They don’t rent out towels, costumes or handkerchiefs anymore like they used to when these pools first opened in 1922.
My experience in the pool
I love everything about this place, from the grand Ocean Baths entrance in art deco style, through to the viewing ramp, which looks out over the main 50m pool and the enormous leisure pool next to it.
I hadn’t had a decent workout in a 50m pool for a week or two, so spent all my time doing joyous laps in that section rather testing out the bigger area, which had a pontoon in the middle for kids to jump off and was probably shallower than the main swimming area (but I’d need someone who knows to confirm that or not).
There was just one elderly gent ploughing ponderously up and down Lane 1 when I got in the water, even though it seemed to me to be a peak hour for swimming: 11am on a Saturday morning.
But by the time I’d done my laps, there was a rush to take over Lane 2 where I’d been swimming, so people were coming through constantly.
With no lane markings on the pool floor, but thin string lane markers dividing each lane, I found my wayward stroke had me tangled up a few times in the rope, and my old bursitis came back a bit by the end of the swim.
Still, this is a fabulous place. Right by the beautiful beaches of Newcastle just to the north, but raised comfortably above any incoming surf, at least on a calm day like I had, this was as calm a swim as you’d get in a 50m Olympic Pool in a leisure centre, only with the added bonus of fairly sizeable fish darting about underneath you at the deep end.
With lane numbers just painted straight onto stone, and a light layer of sand over the floor, with the original façade still in place, it’s easy to imagine the place hasn’t changed so much since it was first opened (though of course there’s no diving board anymore).
Pools like this really make me wonder if we live in the right part of the State, and I quite envied those who bike down here every day for a dip…
Getting there, getting in, getting changed
Of course there are now no trains all the way to Newcastle (whose crazy idea was that??).But you can get buses to the old train station, from which it’s probably a 15 minute walk to the Baths.
There is a ramp into the water in the main 50m pool, but it was quite slippery so I held onto the rail, to avoid making a spectacle of myself to the sunbathers up on the viewing area above.
Changing rooms – with warm showers – alongside the bigger swimming area to the south. But I preferred to wash the salt off on the showers in the open air by the 50m pool.
Other practical points
50m pool with lanes roped off plus a general swimming area, with a pontoon in the middle. Then a paddling pool just to the south again, though this may well be the canoeing pool officially, with the odd family using it to cool off with the kids in very shallow water on a hot day. I’m told also that when they clear the sand off the floor of that paddling pool, there is a mosaic map of the world – how fantastic is that?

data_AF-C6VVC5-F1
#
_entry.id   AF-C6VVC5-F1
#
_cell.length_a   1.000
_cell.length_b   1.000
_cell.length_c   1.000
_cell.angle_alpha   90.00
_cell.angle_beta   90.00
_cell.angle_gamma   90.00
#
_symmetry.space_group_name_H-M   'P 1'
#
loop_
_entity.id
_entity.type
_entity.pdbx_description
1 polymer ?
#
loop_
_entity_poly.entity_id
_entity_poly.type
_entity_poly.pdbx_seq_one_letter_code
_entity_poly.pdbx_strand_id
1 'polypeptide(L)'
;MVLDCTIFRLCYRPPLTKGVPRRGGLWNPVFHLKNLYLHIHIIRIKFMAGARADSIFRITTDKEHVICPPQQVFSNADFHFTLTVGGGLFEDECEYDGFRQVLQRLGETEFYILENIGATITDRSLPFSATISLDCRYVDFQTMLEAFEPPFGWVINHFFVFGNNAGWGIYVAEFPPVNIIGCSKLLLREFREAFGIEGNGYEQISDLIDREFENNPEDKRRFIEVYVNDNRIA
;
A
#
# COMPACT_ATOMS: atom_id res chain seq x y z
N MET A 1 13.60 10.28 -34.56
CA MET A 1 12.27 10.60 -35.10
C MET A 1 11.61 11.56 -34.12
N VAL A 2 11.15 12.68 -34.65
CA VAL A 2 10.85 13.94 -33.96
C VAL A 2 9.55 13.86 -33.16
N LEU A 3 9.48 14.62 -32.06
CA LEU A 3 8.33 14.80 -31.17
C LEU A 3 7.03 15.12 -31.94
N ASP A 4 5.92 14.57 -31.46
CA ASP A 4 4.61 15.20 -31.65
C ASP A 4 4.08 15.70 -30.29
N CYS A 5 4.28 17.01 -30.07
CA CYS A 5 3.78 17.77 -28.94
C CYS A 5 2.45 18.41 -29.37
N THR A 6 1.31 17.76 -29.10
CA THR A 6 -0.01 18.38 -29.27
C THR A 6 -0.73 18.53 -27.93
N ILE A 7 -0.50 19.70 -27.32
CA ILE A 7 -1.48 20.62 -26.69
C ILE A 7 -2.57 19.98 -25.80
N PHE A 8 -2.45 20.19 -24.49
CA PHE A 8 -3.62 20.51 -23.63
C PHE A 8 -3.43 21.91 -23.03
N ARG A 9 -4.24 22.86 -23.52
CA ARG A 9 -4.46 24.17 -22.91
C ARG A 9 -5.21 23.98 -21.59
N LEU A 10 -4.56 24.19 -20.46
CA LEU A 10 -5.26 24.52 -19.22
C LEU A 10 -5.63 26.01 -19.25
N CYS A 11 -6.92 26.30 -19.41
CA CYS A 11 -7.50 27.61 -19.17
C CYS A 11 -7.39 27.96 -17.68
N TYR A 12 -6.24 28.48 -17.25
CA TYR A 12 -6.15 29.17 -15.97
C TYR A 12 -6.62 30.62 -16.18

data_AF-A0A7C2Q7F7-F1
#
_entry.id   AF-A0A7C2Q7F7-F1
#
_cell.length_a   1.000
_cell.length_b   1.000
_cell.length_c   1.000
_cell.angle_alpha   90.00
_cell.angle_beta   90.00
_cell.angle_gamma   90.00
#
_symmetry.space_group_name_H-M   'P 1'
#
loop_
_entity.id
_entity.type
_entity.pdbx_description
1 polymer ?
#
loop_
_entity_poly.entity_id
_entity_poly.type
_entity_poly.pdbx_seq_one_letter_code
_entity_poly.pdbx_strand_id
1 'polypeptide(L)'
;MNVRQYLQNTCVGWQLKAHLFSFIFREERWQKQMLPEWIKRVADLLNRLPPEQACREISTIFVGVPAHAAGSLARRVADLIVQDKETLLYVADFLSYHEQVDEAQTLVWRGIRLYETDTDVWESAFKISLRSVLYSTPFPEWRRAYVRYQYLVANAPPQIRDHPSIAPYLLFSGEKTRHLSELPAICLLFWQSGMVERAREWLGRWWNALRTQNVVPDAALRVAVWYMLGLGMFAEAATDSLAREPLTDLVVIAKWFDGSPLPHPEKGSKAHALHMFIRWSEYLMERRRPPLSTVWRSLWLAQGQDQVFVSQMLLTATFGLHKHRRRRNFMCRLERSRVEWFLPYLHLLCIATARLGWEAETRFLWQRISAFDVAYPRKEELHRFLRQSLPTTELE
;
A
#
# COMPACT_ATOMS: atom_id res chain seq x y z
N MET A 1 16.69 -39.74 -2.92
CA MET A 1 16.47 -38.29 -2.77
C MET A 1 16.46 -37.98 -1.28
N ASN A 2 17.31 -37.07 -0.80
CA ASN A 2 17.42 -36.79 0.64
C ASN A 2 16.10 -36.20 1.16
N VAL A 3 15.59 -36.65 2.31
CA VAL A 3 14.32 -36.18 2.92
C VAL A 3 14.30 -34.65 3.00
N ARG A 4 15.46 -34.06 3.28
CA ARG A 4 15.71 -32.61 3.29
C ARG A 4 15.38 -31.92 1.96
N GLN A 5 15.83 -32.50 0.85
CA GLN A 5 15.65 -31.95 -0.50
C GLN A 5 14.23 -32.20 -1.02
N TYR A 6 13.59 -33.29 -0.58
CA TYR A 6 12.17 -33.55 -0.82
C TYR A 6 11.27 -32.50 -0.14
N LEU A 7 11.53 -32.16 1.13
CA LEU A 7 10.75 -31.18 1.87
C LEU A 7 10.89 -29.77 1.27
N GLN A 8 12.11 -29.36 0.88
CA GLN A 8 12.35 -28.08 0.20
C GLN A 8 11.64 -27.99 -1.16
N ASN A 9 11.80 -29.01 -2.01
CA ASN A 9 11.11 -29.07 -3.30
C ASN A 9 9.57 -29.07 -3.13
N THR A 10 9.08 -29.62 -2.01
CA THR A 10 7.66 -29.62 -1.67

Not aware of tide making much difference here (correct me if I’m wrong), but judging by how much storm damage there appears to have been over the years, I imagine the waves do roll in on a strong swell (see a couple of the links below where others have witnessed storm surges over the pool walls).
History and stories of the pool
Thanks to the now defunct nswoceanbaths site for info on the history of Newcastle Ocean Baths.
The Baths here were in use before World War 1, though they were only officially opened in 1922 (see the memorial stone laid by the then Mayor of Newcastle in the façade of the building).
There was a penny or tuppence entry fee in those days, though you were offered towels, costumes and handkerchiefs (not sure what the latter would have been for, mind). But from 1953, the Baths in Newcastle have been free entry.
I rather liked the story of six German seamen being asked to leave the pool because they were wearing ‘brief continental costumes’. I fancy my speedos and the trunks worn by the older gent in Lane 1 might have fallen foul of this rule too in the 1950s…
The pool has survived various storms, a rocket fired from a Japanese sub in WW2 and even Newcastle’s earthquake in 1989. It remains a fantastic asset to the Newcastle community.
People I met here included
Joy and Kent, the sporty version of Australia’s grey nomads. They had cycled in from their home 15kms away and come for a dip about as long as mine (so probably a 20 length swim). They normally swim in the bigger Merewether Pool just down the coast, but wanted to link into their bike ride this time, and they said as summer goes on they may switch to Newcastle because it has less of a problem with sea lice…Older than me these guys may be, but undoubtedly fitter too, as they do extreme things like cycle from Paris to Bruges or Amsterdam to Berlin. I think I’ll stick to the pool, personally.
What’s your story? Any memories of swimming here? Any stories to tell? Or did you just have swimming lessons in days gone by?
Whatever you have to say, however brief, I’d love to hear from you and will add any stories to this section of the site as and when I receive them. Add your comment or story under ‘Leave a Reply’ below.
Links to other articles on this pool
Great photo in the Newcastle Herald shows the waves behind the baths during the April 2015 storms.
Nice piece on ABC Newcastle site about the Ocean Baths annual clean up.
The NSW Ocean Baths blogger came here in 2010.
Swimming blogger Sally was here in 2007.
Coffee, tea or milkshake after the swim?
It was just over ten minutes’ walk to what was potentially the best coffee shop in Newcastle. But they moved to Lambton so Sprocket Roasters are no longer anywhere near the Ocean Baths in Newcastle. Tips for a good coffee near the Baths, anyone?